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The CLOUD Act: Privacy v. Security

By: Frank X. Wukovits



On March 23, 2018, the Clarifying Lawful Overseas Use of Data [CLOUD] Act was signed into law as a part of the Omnibus Spending Bill. In short, the legislation sets forth a myriad of provisions involving procedures and methods of storage, access, and retrieval of data between the United States and foreign governmental entities. As a result, the CLOUD Act’s provisions create a potential (and perhaps inevitable) conflict between privacy and efficient governance.


The legislation is focused on the electronic data held by communication-service providers. The legislation addresses the necessity for such providers to cooperate with both domestic and foreign government entities to foster international cooperation in protecting the public and combatting serious crimes, including terrorism. The legislation acknowledges that service-providers face conflicting legal obligations when foreign governments request the production of electronic data in which the United States has previously prohibited providers from disclosing abroad. Likewise, the legislation also knowledges conflicts that arise when the Stored Communications Act [SCA] requires the disclosure of data in which foreign law prohibits communications-service providers from disclosing to the United States government.


However, the CLOUD Act declares that such conflicts and obligations are resolved by “executive agreements” between the United States and foreign governments seeking to balancing privacy and public safety. Specifically, the CLOUD Act requires, “A provider of electronic communication service or remote computer service shall comply with the obligations of this chapter to preserve, backup, or disclose the contents of a wire or electronic communication… pertaining to a customer… regardless of whether such communication… or other information is located within or outside of the United States.”


In this regard, the CLOUD Act elaborates, “It shall not be constitute a violation… for a provider of electronic communication service to the public or remote computing service to disclose to the entity within a qualifying foreign government, designated in an executive agreement… seeking the contents of a customer or subscriber who is a national or resident of the qualifying foreign government.” The CLOUD Act defines a “qualifying foreign government” as “a foreign government with which the United States has an executive agreement…”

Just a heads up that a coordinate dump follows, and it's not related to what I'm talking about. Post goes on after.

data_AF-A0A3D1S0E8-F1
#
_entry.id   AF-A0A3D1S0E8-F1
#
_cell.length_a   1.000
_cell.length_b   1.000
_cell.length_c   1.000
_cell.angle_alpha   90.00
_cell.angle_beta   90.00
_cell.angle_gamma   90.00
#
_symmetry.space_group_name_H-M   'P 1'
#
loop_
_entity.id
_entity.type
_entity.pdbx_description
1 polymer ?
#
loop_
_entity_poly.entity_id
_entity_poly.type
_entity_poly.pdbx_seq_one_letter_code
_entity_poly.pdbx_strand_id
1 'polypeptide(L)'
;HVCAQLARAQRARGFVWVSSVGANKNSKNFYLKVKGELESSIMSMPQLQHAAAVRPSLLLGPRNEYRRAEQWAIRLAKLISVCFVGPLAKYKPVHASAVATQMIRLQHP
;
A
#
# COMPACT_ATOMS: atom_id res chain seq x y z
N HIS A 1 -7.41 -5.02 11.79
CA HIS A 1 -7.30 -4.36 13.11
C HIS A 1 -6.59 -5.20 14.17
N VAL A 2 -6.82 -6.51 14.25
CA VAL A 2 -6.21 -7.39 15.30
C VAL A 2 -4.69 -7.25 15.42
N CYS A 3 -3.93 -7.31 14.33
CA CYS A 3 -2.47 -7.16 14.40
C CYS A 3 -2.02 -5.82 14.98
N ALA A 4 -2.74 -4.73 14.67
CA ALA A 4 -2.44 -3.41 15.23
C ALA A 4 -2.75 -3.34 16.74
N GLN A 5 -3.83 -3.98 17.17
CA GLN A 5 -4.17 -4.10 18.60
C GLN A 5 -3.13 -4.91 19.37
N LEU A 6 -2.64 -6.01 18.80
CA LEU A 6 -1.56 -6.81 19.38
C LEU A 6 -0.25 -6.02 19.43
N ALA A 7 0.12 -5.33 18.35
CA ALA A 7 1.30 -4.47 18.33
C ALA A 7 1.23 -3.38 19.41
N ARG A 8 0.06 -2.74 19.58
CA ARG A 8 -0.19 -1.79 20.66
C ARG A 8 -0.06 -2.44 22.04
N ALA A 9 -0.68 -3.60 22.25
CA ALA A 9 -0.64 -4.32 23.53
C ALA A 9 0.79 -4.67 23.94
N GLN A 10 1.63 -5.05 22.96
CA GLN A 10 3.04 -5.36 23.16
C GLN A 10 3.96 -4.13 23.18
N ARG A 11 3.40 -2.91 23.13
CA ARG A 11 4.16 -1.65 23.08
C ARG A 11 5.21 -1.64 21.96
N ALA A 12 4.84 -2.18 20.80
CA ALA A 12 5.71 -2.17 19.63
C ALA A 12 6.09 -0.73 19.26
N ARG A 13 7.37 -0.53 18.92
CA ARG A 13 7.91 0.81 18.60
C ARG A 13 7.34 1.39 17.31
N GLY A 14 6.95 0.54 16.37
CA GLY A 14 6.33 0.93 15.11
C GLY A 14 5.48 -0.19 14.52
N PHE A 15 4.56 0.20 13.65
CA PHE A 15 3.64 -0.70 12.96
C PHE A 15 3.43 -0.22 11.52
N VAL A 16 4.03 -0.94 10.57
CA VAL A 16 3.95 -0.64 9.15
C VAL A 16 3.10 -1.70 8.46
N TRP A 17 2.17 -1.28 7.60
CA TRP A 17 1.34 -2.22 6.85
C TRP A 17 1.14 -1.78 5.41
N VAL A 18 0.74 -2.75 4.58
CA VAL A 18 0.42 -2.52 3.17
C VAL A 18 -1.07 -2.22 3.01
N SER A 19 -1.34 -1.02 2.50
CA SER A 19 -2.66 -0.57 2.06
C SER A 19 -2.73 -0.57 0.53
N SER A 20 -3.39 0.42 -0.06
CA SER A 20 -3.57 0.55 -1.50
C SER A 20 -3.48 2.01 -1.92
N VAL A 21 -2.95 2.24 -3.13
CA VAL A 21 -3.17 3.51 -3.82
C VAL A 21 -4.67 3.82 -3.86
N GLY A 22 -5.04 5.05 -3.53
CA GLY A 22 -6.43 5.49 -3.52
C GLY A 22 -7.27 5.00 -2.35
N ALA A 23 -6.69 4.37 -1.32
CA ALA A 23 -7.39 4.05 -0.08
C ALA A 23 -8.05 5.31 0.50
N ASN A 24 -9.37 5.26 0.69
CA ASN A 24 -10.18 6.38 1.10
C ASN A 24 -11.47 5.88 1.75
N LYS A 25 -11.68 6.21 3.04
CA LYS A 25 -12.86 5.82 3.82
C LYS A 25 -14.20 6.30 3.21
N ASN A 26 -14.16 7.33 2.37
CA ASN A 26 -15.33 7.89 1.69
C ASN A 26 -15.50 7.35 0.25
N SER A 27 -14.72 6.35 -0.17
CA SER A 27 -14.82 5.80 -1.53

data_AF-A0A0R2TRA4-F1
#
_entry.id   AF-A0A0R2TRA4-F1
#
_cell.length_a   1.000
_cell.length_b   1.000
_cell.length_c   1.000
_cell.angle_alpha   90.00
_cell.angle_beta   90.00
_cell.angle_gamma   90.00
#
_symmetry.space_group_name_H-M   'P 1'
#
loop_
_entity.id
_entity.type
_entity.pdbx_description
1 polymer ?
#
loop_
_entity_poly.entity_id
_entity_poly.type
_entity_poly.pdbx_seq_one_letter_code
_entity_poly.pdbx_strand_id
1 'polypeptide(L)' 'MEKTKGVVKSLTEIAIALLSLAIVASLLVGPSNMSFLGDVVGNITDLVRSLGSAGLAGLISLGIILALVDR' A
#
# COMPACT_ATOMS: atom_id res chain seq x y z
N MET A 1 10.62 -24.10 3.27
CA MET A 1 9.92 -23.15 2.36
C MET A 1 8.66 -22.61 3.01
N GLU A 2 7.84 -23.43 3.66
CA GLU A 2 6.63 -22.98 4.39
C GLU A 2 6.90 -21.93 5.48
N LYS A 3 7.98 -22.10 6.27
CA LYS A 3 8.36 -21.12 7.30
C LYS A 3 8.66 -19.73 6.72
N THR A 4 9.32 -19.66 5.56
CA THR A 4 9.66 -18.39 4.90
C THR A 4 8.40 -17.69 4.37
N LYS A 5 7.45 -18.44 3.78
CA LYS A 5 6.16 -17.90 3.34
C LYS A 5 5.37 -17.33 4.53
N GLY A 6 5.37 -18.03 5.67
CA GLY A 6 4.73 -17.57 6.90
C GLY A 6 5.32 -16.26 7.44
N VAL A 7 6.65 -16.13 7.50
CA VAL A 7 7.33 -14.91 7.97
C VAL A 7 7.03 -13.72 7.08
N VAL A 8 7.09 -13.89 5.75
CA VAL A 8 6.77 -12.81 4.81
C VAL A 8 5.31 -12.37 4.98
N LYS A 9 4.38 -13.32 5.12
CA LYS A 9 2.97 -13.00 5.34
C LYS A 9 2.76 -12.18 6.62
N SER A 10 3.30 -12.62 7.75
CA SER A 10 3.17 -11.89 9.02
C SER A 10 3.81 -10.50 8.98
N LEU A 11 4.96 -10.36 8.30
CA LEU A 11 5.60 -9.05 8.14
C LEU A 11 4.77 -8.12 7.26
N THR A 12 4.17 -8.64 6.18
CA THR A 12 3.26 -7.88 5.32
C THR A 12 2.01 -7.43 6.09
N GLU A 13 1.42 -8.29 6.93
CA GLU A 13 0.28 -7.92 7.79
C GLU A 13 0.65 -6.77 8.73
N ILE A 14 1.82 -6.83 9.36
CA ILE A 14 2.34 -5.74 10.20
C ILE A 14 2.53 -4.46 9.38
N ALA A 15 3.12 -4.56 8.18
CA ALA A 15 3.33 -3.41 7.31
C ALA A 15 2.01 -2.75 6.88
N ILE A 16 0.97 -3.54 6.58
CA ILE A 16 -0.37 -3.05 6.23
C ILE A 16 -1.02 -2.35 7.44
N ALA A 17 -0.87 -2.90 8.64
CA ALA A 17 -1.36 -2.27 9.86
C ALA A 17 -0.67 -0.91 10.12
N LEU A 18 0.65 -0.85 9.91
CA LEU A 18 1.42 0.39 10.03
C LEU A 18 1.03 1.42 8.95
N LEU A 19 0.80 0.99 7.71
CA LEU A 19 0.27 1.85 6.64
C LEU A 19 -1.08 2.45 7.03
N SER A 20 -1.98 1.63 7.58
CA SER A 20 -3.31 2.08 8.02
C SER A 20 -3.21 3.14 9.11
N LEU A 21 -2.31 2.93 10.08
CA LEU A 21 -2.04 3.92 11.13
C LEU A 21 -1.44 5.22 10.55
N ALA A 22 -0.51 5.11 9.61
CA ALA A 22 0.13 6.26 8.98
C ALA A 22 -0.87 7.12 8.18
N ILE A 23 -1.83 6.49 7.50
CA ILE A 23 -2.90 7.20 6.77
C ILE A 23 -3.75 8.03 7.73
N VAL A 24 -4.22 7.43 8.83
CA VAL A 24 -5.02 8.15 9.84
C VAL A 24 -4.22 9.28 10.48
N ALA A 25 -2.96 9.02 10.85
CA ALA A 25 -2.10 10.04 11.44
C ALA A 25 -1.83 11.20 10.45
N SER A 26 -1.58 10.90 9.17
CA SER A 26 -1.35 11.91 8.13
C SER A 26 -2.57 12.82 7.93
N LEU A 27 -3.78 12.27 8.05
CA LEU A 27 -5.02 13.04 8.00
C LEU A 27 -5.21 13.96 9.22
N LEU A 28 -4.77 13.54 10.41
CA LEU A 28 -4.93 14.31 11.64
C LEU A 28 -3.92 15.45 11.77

In effect, this means that it would not be unlawful for a provider to disclose data and communications to a foreign government in which the United States has an agreement. While the CLOUD Act outlines procedures and instances in which the court may modify or quash such a request by a foreign government, the court is only permitted to do so in narrow circumstances. Likewise, the CLOUD Act prevents a cause of action against a provider, including its officers, employees, or agents, for providing information or assistance to a foreign government pursuant to an executive agreement with the United States government. While the CLOUD Act seems to grant foreign governments a wide latitude of access to providers’ data and communications of its customers and subscribers, the CLOUD Act details the requirements that foreign government must abide when seeking such data, including “reasonable justification[s] based on articulable and credible facts, particularity, legality, and severity regarding the conduct under investigation.”


Despite these “requirements” and “justifications”, the CLOUD Act uses language that some may consider concerning. For example, the CLOUD Act permits, “In the case of an order for the interception of wire or electronic communications, and any extensions thereof, shall require that the interception order… be issued only if the same information could not be obtained another less intrusive method…”. When contemplating this language, it seems that this could be easily argued and ruled in the foreign government’s favor if it were to be challenged in court, especially when implicating that such interception is crucial and integral to national security. When considering the CLOUD Act as a whole, a lack of customer notice, routine warrants, and initial judicial review may undermine Americans’ rights, including the right to privacy.


When compared to regulations such as the European Union’s General Data Protection Regulation [GDPR], which goes into effect May 25th, the CLOUD Act will likely find itself the center of both domestic and international debates related to data privacy, cybersecurity, and national security. In other words, while the CLOUD Act is aimed at international cooperation and efficiency in thwarting terrorism, it inadvertently threatens privacy. Nonetheless, the CLOUD Act exemplifies the current White House Administration’s goals of national security and global governance.



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